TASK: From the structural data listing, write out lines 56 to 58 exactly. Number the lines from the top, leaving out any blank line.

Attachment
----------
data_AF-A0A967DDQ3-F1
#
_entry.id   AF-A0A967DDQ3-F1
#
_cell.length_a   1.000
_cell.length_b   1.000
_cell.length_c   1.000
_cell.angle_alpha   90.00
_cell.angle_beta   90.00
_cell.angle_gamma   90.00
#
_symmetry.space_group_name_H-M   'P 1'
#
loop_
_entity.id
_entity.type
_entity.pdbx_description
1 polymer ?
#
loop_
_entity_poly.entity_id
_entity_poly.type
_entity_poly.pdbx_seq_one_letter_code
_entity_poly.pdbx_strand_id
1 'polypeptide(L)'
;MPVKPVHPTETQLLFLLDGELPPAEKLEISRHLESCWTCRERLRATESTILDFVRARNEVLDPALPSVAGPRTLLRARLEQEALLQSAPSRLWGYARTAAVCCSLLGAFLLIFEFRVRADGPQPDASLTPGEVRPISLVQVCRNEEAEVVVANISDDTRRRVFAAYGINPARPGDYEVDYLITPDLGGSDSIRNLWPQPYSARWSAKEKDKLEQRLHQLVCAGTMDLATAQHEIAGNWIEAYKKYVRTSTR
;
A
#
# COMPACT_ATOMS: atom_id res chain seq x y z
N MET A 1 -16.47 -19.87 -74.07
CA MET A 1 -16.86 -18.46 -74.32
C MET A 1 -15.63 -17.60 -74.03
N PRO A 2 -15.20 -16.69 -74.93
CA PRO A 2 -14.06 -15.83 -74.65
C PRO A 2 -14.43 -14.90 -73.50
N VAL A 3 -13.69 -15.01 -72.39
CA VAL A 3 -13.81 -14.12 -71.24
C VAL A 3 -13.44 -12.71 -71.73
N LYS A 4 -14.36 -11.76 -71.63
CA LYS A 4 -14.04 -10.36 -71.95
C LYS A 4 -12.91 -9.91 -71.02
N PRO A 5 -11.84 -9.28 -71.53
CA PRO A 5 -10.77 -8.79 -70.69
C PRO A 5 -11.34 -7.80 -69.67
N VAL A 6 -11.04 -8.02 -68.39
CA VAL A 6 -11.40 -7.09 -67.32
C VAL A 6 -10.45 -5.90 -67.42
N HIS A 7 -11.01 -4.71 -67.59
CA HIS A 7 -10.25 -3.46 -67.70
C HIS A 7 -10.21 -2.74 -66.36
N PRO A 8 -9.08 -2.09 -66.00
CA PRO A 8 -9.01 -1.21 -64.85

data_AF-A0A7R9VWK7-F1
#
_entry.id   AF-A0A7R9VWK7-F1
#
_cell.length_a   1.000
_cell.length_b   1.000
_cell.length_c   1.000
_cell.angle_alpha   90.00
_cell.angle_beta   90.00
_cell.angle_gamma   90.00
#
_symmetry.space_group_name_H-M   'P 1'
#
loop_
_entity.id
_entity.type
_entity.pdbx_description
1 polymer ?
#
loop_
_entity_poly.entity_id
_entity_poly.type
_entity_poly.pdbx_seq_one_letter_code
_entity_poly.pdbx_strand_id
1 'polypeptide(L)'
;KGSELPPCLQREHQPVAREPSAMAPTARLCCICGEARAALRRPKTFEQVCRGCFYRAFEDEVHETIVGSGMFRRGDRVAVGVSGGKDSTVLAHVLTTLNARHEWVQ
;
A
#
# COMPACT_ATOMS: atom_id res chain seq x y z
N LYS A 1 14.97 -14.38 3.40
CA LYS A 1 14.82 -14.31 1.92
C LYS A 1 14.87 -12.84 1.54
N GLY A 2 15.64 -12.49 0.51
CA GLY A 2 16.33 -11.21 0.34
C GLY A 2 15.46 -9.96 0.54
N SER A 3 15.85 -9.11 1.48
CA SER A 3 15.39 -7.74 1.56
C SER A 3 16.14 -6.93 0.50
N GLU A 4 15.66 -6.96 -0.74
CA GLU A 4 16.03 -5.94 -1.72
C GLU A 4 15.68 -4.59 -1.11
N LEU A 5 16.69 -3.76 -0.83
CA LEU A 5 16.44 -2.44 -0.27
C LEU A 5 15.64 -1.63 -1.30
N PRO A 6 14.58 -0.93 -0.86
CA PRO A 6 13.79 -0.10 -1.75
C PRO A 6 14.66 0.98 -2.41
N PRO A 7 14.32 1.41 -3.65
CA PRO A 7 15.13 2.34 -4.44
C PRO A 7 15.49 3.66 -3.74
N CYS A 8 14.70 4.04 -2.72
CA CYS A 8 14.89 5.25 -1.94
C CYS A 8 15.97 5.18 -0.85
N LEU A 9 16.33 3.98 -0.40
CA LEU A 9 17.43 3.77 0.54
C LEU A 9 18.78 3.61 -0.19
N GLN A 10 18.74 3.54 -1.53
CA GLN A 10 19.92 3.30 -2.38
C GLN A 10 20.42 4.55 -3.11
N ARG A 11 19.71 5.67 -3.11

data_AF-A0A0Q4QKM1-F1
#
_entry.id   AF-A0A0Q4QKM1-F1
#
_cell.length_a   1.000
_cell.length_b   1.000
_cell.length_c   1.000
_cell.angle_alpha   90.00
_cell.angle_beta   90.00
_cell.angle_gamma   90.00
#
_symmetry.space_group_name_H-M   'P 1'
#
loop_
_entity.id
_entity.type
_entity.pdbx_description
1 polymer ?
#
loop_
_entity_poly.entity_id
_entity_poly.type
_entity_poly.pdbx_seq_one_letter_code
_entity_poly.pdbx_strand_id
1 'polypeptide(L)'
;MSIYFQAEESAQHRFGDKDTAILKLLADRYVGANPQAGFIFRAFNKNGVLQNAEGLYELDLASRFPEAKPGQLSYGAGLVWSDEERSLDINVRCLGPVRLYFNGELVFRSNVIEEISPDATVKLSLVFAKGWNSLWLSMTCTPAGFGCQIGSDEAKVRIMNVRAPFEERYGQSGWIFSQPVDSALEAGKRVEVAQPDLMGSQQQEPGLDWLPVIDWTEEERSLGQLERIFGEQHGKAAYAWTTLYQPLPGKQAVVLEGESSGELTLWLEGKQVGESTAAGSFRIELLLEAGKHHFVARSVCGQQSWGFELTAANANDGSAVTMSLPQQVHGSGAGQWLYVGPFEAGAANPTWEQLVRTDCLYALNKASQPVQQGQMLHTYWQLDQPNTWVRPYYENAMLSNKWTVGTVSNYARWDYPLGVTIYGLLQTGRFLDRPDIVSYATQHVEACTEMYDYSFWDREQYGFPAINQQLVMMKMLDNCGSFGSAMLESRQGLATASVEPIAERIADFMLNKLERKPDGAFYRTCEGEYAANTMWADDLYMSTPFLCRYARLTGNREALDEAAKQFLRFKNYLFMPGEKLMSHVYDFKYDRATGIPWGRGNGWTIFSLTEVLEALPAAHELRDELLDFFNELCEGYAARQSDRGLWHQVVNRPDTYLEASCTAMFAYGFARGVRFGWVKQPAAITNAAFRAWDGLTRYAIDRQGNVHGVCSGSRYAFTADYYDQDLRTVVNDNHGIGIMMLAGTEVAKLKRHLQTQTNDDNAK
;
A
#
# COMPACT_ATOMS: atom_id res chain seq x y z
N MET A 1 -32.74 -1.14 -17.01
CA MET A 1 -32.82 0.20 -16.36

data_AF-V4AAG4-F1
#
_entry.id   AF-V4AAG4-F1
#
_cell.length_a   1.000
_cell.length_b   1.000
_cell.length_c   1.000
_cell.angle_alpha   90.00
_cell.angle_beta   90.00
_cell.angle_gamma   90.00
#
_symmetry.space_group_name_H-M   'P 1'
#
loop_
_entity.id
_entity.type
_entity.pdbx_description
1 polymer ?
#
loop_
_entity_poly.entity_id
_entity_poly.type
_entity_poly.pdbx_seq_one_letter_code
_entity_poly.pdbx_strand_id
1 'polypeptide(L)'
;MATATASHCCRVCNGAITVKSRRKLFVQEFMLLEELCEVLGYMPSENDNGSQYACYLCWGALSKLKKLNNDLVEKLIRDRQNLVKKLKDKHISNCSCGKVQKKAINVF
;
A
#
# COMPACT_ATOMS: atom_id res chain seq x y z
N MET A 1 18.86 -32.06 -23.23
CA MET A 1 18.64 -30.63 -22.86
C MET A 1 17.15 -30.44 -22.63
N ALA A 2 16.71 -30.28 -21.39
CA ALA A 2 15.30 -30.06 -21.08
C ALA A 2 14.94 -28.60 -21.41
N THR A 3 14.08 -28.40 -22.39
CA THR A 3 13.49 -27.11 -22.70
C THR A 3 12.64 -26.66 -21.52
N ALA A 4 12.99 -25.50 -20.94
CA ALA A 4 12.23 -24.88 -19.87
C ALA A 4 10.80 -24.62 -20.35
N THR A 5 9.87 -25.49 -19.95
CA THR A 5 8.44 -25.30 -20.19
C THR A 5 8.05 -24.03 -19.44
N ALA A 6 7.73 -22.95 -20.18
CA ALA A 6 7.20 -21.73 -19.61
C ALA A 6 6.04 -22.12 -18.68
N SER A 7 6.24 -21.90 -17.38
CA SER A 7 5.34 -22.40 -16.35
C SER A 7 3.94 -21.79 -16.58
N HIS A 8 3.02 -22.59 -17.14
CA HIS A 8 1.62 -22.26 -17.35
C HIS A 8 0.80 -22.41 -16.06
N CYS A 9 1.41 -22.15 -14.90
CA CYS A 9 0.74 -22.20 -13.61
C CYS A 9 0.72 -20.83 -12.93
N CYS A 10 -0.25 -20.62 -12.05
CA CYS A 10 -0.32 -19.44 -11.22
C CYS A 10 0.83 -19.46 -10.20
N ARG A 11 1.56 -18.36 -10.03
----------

_entry.id   AF-A0A7R9VWK7-F1
#
_cell.length_a   1.000